Outdated IT Skills Slowing Enterprise Shift to Cloud Computing

What’s the biggest thing stopping big companies from using cloud computing for their business? People with outdated skills.

So says Simon Crosby, co-founder and CTO of Bromium, a cloud security company, and a panelist at this week’s Washington Technology Industry Association TechNW: North to Innovation event on cloud computing and big data.

Crosby, who previously co-founded XenSource, maker of the Xen open-source hypervisor used by services including the Amazon Elastic Compute Cloud, says public clouds are ready for enterprise IT use. But the people working in enterprise IT organizations came up in the world racking and stacking on-premises servers, and installing and managing Windows—“skills we don’t need anymore,” he says.

You sell to people’s existing fear set, he says, so regardless of how cool your technology is, if the person making the purchasing decision doesn’t feel empowered by it, it’s not going anywhere.

“It will all be better once we’ve retired,” he says.

Indeed, he sees a radical transformation of business from top to bottom resulting from the economies of scale offered in public clouds. It’s no secret that this represents a major area of opportunity for the Northwest, with the three leaders in cloud computing—companies big enough to deliver computation, storage, and networking as a service—based here (Amazon and Microsoft) or with a significant presence here (Google).

Bob Kelly, corporate vice president of Windows Azure marketing (third from left in the photo above), says the shift to cloud computing is inevitable. As with prior shifts from mainframes to the client-server model, and from there to the Web, “economics always win,” he says. Cloud computing flips the cost model for computing from capital expenditure to operating expenditure that scales up or down with the growth of the business, which makes it attractive to enterprises.

Crosby (above, second from left) says the biggest opportunity in this shift “is not so much for the incumbents, but for the innovators.” He points to Netflix, Uber, and Airbnb as examples of “massive infrastructure companies that couldn’t exist” without cheap cloud computing. “Building a startup today doesn’t require buying a boatload of servers,” he says.

Thor Culverhouse, CEO of Seattle-based Skytap (above, left), which enables software development and compute-heavy testing in the cloud, says this technology shift also places more emphasis on the quality of a new business idea. “If you’re an entrepreneur with a great idea, the barrier to entry is not how well you build out your infrastructure, but how good is the idea,” he says.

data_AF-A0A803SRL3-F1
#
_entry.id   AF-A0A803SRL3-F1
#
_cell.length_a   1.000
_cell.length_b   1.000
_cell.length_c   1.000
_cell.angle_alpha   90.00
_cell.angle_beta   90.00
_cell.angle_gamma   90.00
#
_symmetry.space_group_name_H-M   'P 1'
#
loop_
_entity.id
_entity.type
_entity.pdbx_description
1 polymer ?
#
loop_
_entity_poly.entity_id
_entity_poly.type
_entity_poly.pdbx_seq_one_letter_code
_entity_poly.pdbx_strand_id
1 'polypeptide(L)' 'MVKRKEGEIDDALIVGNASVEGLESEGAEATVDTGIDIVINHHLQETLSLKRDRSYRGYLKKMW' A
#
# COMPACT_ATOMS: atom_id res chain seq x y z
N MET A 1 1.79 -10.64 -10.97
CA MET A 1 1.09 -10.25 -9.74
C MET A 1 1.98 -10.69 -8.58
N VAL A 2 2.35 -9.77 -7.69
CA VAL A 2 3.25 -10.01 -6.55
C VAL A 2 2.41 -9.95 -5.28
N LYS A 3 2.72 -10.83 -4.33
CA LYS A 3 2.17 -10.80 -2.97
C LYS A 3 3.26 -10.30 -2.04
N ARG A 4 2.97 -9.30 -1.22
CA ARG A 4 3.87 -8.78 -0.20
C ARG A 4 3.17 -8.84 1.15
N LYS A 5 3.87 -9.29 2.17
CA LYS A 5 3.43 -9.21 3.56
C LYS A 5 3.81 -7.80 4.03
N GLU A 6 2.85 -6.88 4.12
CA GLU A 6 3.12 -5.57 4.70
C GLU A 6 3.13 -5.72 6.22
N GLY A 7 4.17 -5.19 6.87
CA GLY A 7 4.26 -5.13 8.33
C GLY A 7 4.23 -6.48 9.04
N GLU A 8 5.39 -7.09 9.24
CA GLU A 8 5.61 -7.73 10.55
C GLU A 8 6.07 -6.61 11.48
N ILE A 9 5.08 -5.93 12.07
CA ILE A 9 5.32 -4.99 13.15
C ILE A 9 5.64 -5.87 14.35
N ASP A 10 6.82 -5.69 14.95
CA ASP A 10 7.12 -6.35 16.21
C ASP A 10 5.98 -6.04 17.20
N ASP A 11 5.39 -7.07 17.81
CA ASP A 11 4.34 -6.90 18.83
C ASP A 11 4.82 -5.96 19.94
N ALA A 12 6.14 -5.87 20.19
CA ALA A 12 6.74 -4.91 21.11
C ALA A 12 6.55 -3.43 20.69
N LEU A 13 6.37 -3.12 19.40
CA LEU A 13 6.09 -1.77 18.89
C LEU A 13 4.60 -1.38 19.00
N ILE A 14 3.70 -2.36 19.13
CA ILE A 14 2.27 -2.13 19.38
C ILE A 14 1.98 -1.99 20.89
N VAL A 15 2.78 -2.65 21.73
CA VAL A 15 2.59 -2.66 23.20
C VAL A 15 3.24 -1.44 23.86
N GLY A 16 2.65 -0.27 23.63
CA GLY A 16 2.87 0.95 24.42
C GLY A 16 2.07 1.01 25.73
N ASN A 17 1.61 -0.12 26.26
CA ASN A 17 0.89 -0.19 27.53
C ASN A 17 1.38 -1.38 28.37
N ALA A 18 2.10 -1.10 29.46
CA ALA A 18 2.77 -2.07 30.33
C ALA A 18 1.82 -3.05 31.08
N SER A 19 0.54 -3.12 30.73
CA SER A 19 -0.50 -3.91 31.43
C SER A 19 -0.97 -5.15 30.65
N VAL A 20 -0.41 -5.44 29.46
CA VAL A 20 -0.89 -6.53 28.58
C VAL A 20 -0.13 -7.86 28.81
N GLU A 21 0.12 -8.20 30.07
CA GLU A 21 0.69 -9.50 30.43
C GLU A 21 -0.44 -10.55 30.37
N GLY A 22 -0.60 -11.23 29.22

While startups beginning from scratch have led the way in cloud computing adoption, established enterprises in several industries are getting ready to adopt cloud computing in greater numbers, Culverhouse says.

Financial services—a sector with one of the largest IT budgets—is already there, driven in part by the scarcity of space in financial centers such as New York to add more on-premises servers, Crosby says. That should be a strong enough endorsement of the security of a public cloud, compared with on-premise datacenters and private clouds, he says.

“In general, from a security perspective, the cloud is where you want your data to be,” he says.

Kelly says in the last two years, enterprises have gone from fear of the public cloud to recognition that it allows them to do things they couldn’t have done before. Companies like actuarial giant Milliman are able to rent 10,000 servers to run a Monte Carlo simulation overnight, and then “turn off the lights” when they’re done with the task, as opposed to an old model of spending many thousands or millions to have that kind of hardware on premises. “That’s transformative,” Kelly says.

Kelly distinguishes Microsoft’s approach to cloud computing from Amazon’s, saying AWS has come at it principally through the lens of the startup ecosystem, providing resources that are close to free, and tightly coupled with the venture capital community. Microsoft, he says, has begun from its strength in the enterprise IT market, and takes the position that its enterprise customers will always have a hybrid IT environment including some functions in the public cloud, some in private clouds, and some on their own premises.



Crosby observes that the skills required to develop applications to run on the AWS and Windows Azure platforms are significantly different. On Azure, developers can use existing skills honed building software for the Microsoft ecosystem, he says. Amazon as it is now uses an entirely different syntax and semantics, he says, and AWS developers can do just fine knowing nothing at all about .NET, Microsoft’s 11-year-old software development framework.

“What’s really important to me is to pick the right platform given where you’re going,” he says.

Kelly says key areas ripe for innovation today include network performance, which becomes more critical as cloud adoption increases; “cross-cloud management”—just like it sounds, the challenge of managing computing that extends across multiple public and private cloud environments; and controlling encryption keys for software as a service (Saas).

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